A review of: Roos, E.M., McDuffie, A.S., Weismer, S.E., Gernsbacher, M.A. (2008). A comparison of contexts for assessing joint attention in toddlers on the autism spectrum. Autism, 12(3), 275-291. DOI: 10.1177/1362361307089521
Earlier this year I reported on a study that showed significant improvement in joint attention after systematic training. Limited joint attention behaviors is seen as an early indicator of autism. In this new study, a team from the University of Wisconsin – Madison compared naturalistic (play interactions) and structured (Early Social Communication Scale protocol – ESCS) joint attention behaviors in toddlers, in order to examine the utility and viability of using naturalistic observations as an alternative to, or in support of, structured protocols such as the ESCS.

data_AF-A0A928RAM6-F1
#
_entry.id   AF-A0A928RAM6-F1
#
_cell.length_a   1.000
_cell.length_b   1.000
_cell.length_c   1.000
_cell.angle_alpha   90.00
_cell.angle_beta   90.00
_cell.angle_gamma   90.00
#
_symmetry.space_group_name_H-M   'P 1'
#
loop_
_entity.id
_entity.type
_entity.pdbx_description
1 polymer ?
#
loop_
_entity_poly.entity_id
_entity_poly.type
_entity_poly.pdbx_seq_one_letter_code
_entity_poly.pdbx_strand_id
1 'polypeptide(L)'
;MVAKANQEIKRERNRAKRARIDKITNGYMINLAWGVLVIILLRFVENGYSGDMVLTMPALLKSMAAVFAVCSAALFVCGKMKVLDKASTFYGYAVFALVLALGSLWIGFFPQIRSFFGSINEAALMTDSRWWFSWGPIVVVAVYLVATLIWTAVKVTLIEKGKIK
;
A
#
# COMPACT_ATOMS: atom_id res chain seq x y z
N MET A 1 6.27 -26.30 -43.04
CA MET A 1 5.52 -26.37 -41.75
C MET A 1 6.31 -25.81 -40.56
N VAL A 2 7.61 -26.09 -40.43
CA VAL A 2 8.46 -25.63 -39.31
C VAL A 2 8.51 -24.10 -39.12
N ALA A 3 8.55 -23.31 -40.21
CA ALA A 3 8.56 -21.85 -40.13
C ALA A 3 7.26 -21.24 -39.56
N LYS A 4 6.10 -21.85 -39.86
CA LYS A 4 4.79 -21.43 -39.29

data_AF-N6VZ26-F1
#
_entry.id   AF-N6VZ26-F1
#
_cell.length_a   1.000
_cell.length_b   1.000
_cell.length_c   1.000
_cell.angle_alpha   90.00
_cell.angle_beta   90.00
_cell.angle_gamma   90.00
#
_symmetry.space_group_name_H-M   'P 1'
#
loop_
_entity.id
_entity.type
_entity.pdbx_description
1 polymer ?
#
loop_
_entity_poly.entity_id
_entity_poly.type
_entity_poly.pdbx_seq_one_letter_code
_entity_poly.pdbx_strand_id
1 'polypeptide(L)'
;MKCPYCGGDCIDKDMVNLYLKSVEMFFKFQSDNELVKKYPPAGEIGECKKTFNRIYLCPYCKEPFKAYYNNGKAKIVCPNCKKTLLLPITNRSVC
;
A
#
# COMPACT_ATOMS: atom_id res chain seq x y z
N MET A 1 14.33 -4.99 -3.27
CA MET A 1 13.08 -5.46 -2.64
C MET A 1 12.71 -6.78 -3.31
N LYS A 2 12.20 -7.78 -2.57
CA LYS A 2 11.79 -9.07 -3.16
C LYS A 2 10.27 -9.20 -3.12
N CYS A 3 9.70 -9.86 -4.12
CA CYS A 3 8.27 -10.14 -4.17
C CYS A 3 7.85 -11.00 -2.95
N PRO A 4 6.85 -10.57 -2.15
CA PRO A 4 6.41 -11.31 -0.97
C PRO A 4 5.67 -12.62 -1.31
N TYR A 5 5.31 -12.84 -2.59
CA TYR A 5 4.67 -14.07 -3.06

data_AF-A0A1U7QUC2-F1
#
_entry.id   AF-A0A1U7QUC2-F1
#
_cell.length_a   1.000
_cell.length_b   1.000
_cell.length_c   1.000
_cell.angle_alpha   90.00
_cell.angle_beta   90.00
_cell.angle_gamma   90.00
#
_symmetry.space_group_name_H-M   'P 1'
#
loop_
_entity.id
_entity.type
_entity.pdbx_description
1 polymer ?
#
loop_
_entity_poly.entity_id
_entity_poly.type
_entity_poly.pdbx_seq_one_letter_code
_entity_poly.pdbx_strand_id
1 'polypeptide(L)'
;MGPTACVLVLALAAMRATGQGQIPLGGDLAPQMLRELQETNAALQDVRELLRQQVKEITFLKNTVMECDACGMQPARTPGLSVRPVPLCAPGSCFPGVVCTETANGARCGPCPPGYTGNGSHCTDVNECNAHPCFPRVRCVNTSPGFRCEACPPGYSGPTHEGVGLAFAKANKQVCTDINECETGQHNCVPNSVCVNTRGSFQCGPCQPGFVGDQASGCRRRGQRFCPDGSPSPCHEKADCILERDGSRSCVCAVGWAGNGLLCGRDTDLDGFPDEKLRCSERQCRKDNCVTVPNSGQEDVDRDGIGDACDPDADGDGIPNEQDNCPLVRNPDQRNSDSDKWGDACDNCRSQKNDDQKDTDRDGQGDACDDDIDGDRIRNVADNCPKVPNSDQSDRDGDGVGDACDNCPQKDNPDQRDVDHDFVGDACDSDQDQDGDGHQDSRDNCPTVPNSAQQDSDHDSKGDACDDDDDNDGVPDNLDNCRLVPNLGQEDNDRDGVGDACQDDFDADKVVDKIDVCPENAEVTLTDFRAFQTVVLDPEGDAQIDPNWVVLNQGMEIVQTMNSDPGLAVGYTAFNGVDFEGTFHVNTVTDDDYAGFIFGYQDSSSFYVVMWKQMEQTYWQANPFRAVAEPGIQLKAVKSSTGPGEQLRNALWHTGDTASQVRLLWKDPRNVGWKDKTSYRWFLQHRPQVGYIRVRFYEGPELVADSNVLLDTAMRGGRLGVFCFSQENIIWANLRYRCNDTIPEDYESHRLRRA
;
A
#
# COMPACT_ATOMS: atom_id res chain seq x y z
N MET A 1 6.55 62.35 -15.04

The ESCS assesses for two aspects of joint attention, namely: initiation of joint attention (IJA) and response to joint attention (RJA).
RJA refers to the child’s use of attention-following behaviors, such as head turns and eye gaze to follow the visual focus of a communicative partner. IJA refers to the child’s use of attention-directing behaviors, such as pointing or showing to coordinate attention with a social partner with reference to an object or event.
The authors wanted to explore IJA and RJA in multiple contexts in order to determine how stable these behaviors are across settings. To this end, the authors examined 20 toddlers with symptoms of autism (16 boys, four girls, mean age = 33.2 months). The experimenters conducted the ESCS during a first home visit and a play session during a second visit approximately one week apart. Both sessions were coded for IJA and RJA events. The authors found that the ESCS elicited significantly more IJA when compared to naturalistic play. However, the naturalistic play session elicited significantly more RJA. This indicates that the ESCS may underestimate a child’s use of RJA, and that conducting assessments in multiple contexts may provide a more valid measure of the child’s use of joint attention behaviors.
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